I don’t know how it happened.  It must have happened so slowly, I didn’t notice.  But I came to a realization that absolutely shocked me today.

I’ve become my dad.

Now, this isn’t a bad thing, I love and respect my father more than anything.  But, because we’ve always been so different (so I thought), it never occurred to me that our lives would end up almost perfectly parallel.  How different are we?

  • My dad is a stern pessimist.  I am a cheery optimist.
  • My dad is as introverted as I am extroverted.
  • My dad is a man of few words. Me? well…
  • My dad is a huge bear of a man.  Me?  well, many of you have met me.
  • My dad was a machinist (before CnC); I am a programmer/web developer.

Yet, I look at the unfolding of our lives, and you’d think we were twins.

 It’s almost as if I had this pre-defined destiny, and no matter what I thought or did, I would end up fulfilling it.  That’s heavy stuff, when you realise that the unfolding of your life is not something you can do anything about.

There have been little clues.  Lintilla reminded me just last night, after I told one of the underfoot dogs to “git”, that I sounded just like my father.  Sure enough she’s right.

But – y’all bear with me here – what shocked me, what rocked me to my core, was my reaction to the comments for this post at Aunt B’s. I was quite interested in it because at first it was about women & IT, and being knee-deep in Information Technology, I like hearing about these things.  But, a the comments weren’t about IT at all, they were about math and science education.  All important stuff, but I was sorely disappointed.

I thought it was going to be about the real world.

It ended up being a bunch of academics, talking about academics.  Nothing real.

The last two thoughts were brought to you via my blue collar father.  Well, actually, they were thoughts that popped into my head – and that’s what shocked me:  the moment I realized that I was saying (to myself) a version of something I had heard my father say a million times.

You see, in my industry, people with CS degrees are just like mechanical engineers in my dad’s line of work.  They are always drawing up specs have to be re-written by someone who understands how the real work is done – whether it’s slinging code or using a lathe.  I have to totally retrain those newbies with CS degrees, because, either what they learned doesn’t fit into our business, or the school taught them 20 year old technology.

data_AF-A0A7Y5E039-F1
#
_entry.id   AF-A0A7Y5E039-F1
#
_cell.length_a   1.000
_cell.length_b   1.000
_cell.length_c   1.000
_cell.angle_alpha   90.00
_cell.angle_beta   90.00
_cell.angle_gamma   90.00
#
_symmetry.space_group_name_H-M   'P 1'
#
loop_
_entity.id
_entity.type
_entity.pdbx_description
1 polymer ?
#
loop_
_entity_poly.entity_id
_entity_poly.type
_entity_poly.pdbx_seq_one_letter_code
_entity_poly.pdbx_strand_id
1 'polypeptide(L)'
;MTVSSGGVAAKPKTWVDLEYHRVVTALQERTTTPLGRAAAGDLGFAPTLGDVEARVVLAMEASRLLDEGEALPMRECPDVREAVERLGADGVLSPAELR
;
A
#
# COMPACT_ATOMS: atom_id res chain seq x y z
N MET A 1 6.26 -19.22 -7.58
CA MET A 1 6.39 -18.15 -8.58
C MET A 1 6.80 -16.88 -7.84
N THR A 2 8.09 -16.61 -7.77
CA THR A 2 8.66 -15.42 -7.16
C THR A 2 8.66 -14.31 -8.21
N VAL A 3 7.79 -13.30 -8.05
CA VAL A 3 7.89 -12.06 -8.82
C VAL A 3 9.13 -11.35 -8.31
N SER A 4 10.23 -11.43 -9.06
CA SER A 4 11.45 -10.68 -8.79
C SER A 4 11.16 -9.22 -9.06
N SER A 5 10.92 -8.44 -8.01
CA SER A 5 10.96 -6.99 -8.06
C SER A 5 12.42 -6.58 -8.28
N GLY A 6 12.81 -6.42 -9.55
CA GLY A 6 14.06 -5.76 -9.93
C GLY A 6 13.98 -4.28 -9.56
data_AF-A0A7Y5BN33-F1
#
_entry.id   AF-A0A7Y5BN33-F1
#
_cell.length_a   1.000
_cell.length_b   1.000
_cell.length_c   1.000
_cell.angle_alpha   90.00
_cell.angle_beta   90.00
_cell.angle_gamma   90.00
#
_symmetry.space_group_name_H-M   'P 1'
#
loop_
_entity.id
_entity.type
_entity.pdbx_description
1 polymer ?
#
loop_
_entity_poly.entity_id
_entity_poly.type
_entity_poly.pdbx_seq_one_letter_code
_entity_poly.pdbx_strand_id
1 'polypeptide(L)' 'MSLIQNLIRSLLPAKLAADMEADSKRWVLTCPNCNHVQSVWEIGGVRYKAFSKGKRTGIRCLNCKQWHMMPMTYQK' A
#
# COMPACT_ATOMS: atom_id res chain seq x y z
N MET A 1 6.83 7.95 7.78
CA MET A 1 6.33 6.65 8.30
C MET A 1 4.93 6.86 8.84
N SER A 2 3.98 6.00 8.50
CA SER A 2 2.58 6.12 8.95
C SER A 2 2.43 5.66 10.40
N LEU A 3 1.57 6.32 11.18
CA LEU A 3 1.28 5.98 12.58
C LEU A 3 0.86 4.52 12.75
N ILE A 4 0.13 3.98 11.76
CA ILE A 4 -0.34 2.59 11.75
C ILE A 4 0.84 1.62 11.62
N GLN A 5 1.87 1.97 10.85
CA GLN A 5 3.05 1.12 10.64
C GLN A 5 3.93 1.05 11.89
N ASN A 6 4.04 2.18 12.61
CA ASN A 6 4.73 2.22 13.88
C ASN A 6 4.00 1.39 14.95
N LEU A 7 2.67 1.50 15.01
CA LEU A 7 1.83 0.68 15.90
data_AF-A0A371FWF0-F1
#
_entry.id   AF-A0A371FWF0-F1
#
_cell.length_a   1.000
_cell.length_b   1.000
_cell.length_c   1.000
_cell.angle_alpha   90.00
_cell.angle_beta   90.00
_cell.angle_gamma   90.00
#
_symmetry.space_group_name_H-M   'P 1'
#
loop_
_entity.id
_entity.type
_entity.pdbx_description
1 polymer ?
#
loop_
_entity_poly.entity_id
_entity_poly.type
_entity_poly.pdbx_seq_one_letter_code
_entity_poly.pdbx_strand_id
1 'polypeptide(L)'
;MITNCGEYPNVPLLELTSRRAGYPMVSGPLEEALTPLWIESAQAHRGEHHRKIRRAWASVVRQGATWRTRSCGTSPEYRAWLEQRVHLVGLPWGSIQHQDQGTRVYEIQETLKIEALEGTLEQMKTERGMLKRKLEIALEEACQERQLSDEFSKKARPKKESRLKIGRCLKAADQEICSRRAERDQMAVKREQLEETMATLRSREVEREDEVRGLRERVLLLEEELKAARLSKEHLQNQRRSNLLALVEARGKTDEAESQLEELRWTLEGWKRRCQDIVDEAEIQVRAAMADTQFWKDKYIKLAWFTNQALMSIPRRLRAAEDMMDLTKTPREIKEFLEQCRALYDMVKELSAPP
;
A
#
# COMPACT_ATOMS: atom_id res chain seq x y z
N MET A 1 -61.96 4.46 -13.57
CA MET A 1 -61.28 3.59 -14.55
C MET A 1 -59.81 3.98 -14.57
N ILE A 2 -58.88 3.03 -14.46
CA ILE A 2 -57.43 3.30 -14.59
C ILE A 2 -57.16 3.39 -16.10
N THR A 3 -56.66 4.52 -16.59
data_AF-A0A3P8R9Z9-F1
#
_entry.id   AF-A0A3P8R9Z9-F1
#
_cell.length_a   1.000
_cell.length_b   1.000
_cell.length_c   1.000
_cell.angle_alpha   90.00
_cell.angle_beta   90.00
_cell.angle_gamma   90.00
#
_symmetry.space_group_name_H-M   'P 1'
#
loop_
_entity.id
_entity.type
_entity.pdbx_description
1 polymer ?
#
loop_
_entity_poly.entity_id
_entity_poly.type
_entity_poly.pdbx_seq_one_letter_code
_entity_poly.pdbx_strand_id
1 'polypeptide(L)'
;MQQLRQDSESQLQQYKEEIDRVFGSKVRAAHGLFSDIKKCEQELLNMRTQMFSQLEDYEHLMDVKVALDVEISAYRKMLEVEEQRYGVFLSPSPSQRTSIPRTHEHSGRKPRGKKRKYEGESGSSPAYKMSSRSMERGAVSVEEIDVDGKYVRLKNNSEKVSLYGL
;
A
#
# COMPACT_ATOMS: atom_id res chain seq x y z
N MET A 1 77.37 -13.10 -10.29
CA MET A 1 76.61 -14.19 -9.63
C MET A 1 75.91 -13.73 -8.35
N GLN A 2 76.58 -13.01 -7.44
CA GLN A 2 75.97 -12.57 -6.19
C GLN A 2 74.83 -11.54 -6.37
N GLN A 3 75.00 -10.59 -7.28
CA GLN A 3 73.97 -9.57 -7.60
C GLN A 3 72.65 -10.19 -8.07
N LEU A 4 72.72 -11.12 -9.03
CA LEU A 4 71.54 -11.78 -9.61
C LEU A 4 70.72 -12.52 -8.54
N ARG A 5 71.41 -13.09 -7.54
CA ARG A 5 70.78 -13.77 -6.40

Computer Scientists just get in the way of those who do the real work.  Especially application architects.

Just as my dad use to say about engineers.

Now, on an intellectual level , I don’t agree with this.  But, it’s funny how attitudes are ingrained deep inside; you don’t even know that they are there.  How can a man in my position have old time blue collar attitudes?  But, there they are.

It’s amazing that our children learn lessons we don’t even know we are teaching.  As a dad, I must be careful.

One day, I’ll finish this thought, but I’ve rambled on too long.


9 Responses to “Unreal”

  1. tgos Says:

    The world has its own lessons to teach.

    Corporate management/academics in many cases have their up their ass. The successful ones are the ones that let the people that do the actual work run things.

  2. nm Says:

    Slarti, I love ya. But do you really not get it that for the women in that thread saying: “I took computer courses and guys chased me out, I thought I’d go into IT but was prevented by expectations that women don’t do that, I’m in IT and there are jobs I didn’t get because they involved male bonding in strip clubs,” that IS the real world? There are lots of smart women doing things in the academy because, for women, doing similar jobs in the world you think is more real have been taken away as options. You have a daughter. She’s going to be faced with this same stuff. How are you going to be supportive while she’s dealing with it if you don’t get that?